*This event is by invitation only.
Since the passage of the 1996 Telecommunications Act, policymakers have envisioned a robust competition among communications providers to bring voice, data and video to the home. In 1996 it was thought to be inter-modal competition that would spur the market: telephone and cable competing among themselves. Five years ago, the Federal Communications Commission issued its National Broadband Plan, which had its own vision of the broadband future. Today, with the delivery of over-the-top video, games, apps, big data and other content via broadband, the extensive use of cloud and now fog computing and the coming advent of next generation networks, the old definitions and visions of market may need significant revision.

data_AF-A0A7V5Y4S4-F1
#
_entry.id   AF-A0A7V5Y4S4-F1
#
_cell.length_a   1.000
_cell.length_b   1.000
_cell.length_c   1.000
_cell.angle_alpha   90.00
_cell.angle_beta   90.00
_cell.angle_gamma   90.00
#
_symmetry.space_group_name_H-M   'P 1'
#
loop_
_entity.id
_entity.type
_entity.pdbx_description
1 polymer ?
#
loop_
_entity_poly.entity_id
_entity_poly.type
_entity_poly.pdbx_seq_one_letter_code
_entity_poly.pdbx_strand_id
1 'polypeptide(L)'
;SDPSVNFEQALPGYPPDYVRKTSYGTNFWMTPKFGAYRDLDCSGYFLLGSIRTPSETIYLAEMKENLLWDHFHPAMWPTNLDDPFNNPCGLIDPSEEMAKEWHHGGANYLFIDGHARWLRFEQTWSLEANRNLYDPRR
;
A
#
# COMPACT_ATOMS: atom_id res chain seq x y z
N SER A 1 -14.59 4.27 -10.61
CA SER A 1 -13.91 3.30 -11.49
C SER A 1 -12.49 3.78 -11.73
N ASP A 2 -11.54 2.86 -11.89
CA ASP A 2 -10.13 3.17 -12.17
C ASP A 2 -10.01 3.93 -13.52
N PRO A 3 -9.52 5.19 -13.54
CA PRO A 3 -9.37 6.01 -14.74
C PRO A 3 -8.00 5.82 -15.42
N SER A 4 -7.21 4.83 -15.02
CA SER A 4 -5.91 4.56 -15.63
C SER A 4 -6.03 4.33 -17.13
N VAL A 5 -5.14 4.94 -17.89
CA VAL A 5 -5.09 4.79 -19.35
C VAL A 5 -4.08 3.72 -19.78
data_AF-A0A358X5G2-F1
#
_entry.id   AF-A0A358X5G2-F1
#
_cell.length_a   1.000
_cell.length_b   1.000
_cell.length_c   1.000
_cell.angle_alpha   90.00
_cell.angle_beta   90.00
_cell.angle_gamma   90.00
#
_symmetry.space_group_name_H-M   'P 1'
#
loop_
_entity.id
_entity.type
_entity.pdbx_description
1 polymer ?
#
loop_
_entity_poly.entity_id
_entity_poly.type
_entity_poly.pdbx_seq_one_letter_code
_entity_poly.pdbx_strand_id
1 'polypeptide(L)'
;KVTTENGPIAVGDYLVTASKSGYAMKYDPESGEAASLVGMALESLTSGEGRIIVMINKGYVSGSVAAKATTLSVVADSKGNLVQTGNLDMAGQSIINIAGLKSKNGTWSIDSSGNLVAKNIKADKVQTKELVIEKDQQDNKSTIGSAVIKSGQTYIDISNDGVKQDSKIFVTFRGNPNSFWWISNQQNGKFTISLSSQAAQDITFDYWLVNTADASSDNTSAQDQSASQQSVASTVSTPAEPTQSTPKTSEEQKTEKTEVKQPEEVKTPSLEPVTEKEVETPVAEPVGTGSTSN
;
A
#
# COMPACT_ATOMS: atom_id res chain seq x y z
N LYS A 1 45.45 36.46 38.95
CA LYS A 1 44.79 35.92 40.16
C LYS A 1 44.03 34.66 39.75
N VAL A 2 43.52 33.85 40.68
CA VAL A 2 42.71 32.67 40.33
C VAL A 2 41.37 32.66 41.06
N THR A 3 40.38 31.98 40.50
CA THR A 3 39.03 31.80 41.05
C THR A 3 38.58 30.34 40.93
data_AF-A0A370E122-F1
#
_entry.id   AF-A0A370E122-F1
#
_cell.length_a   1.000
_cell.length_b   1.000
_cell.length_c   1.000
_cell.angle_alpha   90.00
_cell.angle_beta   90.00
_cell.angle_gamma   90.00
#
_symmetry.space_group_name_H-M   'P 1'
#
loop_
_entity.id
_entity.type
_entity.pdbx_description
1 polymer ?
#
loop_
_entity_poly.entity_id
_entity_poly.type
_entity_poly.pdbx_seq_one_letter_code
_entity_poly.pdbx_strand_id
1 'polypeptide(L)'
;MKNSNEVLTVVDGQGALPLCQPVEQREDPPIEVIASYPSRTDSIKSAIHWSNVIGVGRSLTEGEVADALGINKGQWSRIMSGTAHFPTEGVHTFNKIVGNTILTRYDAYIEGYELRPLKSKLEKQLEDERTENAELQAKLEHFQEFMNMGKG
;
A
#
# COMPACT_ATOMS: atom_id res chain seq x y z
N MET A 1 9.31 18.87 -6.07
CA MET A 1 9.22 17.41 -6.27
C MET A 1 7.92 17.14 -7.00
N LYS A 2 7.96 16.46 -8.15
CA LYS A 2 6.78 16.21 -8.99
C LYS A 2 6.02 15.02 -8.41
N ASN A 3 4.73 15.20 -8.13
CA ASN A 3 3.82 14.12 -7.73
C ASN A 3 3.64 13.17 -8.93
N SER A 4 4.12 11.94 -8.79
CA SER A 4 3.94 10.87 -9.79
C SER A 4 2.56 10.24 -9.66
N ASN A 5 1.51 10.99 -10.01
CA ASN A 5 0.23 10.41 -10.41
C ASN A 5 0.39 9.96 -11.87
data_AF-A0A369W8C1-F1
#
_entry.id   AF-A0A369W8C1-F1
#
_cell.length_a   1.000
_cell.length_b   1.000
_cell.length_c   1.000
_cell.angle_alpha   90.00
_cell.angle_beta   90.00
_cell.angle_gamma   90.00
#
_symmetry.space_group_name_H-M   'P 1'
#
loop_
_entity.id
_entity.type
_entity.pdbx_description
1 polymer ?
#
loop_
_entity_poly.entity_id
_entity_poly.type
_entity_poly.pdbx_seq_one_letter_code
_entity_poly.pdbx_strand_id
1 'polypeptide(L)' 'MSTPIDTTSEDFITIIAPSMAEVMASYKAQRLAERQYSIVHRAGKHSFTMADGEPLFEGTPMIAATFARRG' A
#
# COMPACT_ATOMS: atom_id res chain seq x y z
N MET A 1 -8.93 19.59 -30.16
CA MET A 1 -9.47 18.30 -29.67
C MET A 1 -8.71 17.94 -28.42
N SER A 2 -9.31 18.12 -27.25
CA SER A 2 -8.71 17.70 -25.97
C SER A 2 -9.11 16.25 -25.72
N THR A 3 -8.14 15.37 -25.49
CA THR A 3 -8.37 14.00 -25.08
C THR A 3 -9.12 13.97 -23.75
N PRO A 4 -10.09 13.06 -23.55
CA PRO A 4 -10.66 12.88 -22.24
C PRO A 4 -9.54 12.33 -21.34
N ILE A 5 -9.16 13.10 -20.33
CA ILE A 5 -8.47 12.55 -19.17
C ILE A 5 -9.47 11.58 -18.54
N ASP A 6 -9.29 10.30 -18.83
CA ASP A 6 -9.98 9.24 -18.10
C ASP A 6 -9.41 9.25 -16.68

Accordingly, this Aspen Institute conference will address what are the right or adequate competitive models for the coming generation of communications regulation. Before Congress rewrites the Communications Act, what kind of competition do we envision and want? What is the role of government in getting us there, and in regulating the field before the competitive vision is achieved?
The Conference on Communications and Policy will address what are the right or adequate competitive models for the coming generation of communications regulation.